Why You Should Be Watching Sarepta, Hologic, and Achillion Today
Although we don't believe in timing the market or panicking over market movements, we do like to keep an eye on big changes -- just in case they're material to our investing thesis.
Good morning, fellow Foolish investors! Let's take a look at the top health care headlines that could be moving stocks across the sector today.
Sarepta suffers a serious setback
The top story today is Sarepta Therapeutics , which just suffered a serious setback after the Food and Drug Administration told the company that it should not seek accelerated approval of eteplirsen, its treatment for Duchenne muscular dystrophy, or DMD.
DMD is a muscle-wasting disease that affects one in every 2,400 male births. The disease is always fatal, usually confining patients to a wheelchair by the age of 12 and resulting in a maximum lifespan of approximately 25 years. To date, no effective treatment has been developed for the disease.
Over the past year, three major companies have been locked in a contest to bring a DMD treatment to the market first -- Sarepta, Prosensa Holding , and its partner GlaxoSmithKline . Sarepta's drug, eteplirsen, was tested on a small group of 12 boys during phase 2 trials. Prosensa and Glaxo's competing treatment, drisapersen, was tested on a group of 53.
Prosensa and Glaxo started to lose ground against Sarepta in August, after the two companies released disappointing phase 2 trial results that didn't measure up to Sarepta's. One particular damaging comparison was in the production of dystrophin, a protein required for muscle growth that DMD patients lack. Prosensa's drug showed dystrophin production in 72% of patients receiving a continuous dose of the drug, whereas Sarepta's drug resulted in a 100% success rate.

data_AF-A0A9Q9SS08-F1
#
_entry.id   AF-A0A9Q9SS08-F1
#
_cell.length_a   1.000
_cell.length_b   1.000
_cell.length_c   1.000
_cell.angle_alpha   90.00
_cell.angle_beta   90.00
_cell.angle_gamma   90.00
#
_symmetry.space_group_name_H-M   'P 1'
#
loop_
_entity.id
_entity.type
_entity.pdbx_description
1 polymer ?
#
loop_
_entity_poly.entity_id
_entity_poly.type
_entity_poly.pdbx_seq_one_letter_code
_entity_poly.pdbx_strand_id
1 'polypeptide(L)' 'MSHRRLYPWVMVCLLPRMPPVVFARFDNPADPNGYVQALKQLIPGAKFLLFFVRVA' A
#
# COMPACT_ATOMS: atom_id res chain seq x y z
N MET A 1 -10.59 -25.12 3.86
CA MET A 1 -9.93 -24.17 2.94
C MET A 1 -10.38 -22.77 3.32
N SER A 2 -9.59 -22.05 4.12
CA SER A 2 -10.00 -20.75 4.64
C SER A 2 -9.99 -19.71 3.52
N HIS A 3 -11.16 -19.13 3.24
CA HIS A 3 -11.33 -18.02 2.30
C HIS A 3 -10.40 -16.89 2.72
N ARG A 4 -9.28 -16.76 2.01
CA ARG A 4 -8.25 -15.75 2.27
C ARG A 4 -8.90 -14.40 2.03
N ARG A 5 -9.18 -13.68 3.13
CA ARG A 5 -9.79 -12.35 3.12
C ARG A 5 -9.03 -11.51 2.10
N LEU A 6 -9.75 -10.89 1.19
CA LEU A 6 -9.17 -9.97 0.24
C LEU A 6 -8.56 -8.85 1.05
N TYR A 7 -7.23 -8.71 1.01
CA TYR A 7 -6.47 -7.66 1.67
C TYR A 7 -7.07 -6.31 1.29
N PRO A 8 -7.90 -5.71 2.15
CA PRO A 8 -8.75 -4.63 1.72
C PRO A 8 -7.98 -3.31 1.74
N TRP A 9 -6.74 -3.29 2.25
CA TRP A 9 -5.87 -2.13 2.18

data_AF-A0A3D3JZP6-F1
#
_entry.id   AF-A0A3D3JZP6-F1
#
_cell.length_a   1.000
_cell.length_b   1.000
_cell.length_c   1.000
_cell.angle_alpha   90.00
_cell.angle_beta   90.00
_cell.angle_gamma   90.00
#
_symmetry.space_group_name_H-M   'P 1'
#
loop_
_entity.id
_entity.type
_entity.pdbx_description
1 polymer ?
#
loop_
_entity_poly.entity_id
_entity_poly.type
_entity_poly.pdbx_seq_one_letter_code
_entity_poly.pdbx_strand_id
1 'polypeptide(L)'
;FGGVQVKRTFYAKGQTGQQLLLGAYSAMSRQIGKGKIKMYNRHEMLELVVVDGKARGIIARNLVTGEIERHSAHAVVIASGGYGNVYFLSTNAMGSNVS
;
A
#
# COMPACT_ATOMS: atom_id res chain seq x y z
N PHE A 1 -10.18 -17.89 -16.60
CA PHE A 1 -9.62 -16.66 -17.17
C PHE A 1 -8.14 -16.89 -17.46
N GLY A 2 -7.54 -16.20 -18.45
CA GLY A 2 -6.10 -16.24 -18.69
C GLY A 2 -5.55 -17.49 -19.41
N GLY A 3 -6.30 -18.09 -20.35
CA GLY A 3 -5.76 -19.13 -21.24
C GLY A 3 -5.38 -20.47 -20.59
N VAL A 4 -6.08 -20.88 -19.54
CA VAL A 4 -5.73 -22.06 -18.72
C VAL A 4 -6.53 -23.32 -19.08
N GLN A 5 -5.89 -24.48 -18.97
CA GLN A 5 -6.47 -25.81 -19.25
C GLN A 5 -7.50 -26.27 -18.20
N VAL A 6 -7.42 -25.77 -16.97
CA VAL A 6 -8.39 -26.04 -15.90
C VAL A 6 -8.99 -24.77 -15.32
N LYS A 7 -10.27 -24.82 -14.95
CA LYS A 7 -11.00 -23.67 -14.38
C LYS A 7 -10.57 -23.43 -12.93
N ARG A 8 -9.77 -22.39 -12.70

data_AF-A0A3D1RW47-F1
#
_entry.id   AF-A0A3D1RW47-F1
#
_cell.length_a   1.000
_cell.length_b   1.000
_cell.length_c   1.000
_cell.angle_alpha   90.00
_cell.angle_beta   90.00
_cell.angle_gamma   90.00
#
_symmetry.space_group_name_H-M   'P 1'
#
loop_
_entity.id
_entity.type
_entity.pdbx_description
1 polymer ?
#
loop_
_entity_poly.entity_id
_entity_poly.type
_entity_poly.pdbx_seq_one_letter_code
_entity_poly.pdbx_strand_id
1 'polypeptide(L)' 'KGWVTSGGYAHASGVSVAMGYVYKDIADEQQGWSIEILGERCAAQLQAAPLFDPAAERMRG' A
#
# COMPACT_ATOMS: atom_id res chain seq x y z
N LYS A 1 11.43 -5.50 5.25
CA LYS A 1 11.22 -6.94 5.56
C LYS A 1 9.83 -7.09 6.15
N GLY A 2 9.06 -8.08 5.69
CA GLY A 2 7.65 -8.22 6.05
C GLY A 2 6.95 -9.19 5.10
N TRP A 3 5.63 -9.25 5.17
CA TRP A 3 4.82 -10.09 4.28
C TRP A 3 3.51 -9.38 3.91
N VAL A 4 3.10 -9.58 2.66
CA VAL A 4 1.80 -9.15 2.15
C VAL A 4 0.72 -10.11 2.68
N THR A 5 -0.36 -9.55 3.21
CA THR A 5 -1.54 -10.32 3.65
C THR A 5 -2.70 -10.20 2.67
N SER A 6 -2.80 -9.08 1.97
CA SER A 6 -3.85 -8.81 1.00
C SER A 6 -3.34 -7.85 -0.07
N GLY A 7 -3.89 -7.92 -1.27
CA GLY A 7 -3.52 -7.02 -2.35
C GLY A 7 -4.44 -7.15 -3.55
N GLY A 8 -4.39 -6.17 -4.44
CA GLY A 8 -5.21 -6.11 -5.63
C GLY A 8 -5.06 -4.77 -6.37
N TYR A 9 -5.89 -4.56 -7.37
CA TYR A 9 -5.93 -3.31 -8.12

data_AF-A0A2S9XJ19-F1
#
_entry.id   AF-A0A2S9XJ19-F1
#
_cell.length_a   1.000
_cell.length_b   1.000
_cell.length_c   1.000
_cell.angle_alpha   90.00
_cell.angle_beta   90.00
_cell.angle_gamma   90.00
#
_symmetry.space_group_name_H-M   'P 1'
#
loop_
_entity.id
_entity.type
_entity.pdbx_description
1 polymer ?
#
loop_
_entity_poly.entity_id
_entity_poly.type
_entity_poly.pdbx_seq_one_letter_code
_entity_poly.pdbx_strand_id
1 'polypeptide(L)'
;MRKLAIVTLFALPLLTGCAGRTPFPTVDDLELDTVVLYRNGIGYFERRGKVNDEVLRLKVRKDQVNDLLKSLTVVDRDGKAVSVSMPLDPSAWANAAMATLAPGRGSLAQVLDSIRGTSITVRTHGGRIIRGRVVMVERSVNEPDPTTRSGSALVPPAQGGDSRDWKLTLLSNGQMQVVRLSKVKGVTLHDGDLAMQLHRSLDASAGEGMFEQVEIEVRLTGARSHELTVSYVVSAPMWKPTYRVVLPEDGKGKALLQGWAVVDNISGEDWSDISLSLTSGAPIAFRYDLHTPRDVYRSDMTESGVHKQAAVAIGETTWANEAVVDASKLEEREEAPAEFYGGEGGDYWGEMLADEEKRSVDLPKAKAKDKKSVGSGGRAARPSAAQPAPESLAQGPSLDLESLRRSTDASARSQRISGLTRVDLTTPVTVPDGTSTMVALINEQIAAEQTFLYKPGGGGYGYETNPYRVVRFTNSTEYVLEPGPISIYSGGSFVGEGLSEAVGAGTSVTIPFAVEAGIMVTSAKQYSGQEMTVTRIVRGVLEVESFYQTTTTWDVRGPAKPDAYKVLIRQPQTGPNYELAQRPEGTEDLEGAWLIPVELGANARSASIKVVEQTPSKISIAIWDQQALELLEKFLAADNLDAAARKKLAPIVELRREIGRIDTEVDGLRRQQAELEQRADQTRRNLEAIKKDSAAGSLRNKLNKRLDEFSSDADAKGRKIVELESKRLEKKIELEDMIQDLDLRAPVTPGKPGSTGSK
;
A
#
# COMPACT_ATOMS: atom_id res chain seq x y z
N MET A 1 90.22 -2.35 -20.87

Subsequent reports suggested the same -- that Sarepta was destined to produce a blockbuster treatment while Prosensa, which has lost nearly 90% of its market value over the past three months, was doomed. Shares of Sarepta soared more than 60% during the same period.
However, the FDA has now completely dashed Sarepta's hope that its drug could gain accelerated approval based on its phase 2 results alone. The main point of contention was the size of Sarepta's study -- positive results from 12 boys just weren't enough. This means that Sarepta how has to conduct phase 3 studies with a larger group of boys before its drug can even be considered for approval.
At the time of this writing, shares of Sarepta have sunk more than 54% in pre-market trading.
Hologic slides on bleak fourth-quarter and full-year guidance
Medical equipment maker Hologic could also open sharply lower this morning after reporting mixed fourth-quarter earnings and disappointing guidance.
Hologic reported non-GAAP fourth quarter earnings of $0.39 per share, topping the Bloomberg consensus estimate by $0.02. Revenue rose 5.7% year-over-year to $622.1 million, but fell short of the $624.4 million that analysts had expected.
Hologic reports revenue in four segments -- diagnostics, breast health, GYN (gynecological) surgical, and skeletal health products.